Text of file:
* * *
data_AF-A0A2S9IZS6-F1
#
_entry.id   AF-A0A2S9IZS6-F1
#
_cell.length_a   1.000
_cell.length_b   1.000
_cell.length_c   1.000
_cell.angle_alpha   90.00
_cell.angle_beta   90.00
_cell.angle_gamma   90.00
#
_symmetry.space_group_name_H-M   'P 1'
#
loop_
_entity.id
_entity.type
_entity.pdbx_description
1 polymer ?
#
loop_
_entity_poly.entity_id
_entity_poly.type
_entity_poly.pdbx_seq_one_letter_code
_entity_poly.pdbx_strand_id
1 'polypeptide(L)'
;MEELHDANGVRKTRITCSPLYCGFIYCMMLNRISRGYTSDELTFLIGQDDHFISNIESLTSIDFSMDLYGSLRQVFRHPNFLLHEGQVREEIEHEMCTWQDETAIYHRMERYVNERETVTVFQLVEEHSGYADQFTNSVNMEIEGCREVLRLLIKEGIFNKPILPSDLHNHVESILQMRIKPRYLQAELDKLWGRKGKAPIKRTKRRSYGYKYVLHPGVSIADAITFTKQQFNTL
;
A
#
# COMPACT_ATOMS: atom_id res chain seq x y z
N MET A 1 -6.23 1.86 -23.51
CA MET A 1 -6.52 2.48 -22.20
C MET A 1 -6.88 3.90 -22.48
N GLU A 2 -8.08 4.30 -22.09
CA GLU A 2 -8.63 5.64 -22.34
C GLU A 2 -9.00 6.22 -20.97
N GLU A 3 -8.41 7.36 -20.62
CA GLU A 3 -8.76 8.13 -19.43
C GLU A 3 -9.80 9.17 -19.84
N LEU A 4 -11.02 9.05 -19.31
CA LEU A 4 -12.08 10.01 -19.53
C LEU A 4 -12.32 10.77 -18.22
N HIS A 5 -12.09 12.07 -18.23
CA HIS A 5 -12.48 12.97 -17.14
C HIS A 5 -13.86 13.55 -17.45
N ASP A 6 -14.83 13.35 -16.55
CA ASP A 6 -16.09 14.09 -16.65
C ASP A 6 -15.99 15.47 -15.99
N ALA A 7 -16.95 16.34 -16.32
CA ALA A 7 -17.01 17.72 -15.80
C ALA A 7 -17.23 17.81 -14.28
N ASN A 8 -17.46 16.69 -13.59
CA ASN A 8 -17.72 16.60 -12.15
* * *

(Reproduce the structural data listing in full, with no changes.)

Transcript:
data_AF-A0A2S9IZS6-F1
#
_entry.id   AF-A0A2S9IZS6-F1
#
_cell.length_a   1.000
_cell.length_b   1.000
_cell.length_c   1.000
_cell.angle_alpha   90.00
_cell.angle_beta   90.00
_cell.angle_gamma   90.00
#
_symmetry.space_group_name_H-M   'P 1'
#
loop_
_entity.id
_entity.type
_entity.pdbx_description
1 polymer ?
#
loop_
_entity_poly.entity_id
_entity_poly.type
_entity_poly.pdbx_seq_one_letter_code
_entity_poly.pdbx_strand_id
1 'polypeptide(L)'
;MEELHDANGVRKTRITCSPLYCGFIYCMMLNRISRGYTSDELTFLIGQDDHFISNIESLTSIDFSMDLYGSLRQVFRHPNFLLHEGQVREEIEHEMCTWQDETAIYHRMERYVNERETVTVFQLVEEHSGYADQFTNSVNMEIEGCREVLRLLIKEGIFNKPILPSDLHNHVESILQMRIKPRYLQAELDKLWGRKGKAPIKRTKRRSYGYKYVLHPGVSIADAITFTKQQFNTL
;
A
#
# COMPACT_ATOMS: atom_id res chain seq x y z
N MET A 1 -6.23 1.86 -23.51
CA MET A 1 -6.52 2.48 -22.20
C MET A 1 -6.88 3.90 -22.48
N GLU A 2 -8.08 4.30 -22.09
CA GLU A 2 -8.63 5.64 -22.34
C GLU A 2 -9.00 6.22 -20.97
N GLU A 3 -8.41 7.36 -20.62
CA GLU A 3 -8.76 8.13 -19.43
C GLU A 3 -9.80 9.17 -19.84
N LEU A 4 -11.02 9.05 -19.31
CA LEU A 4 -12.08 10.01 -19.53
C LEU A 4 -12.32 10.77 -18.22
N HIS A 5 -12.09 12.07 -18.23
CA HIS A 5 -12.48 12.97 -17.14
C HIS A 5 -13.86 13.55 -17.45
N ASP A 6 -14.83 13.35 -16.55
CA ASP A 6 -16.09 14.09 -16.65
C ASP A 6 -15.99 15.47 -15.99
N ALA A 7 -16.95 16.34 -16.32
CA ALA A 7 -17.01 17.72 -15.80
C ALA A 7 -17.23 17.81 -14.28
N ASN A 8 -17.46 16.69 -13.59
CA ASN A 8 -17.72 16.60 -12.15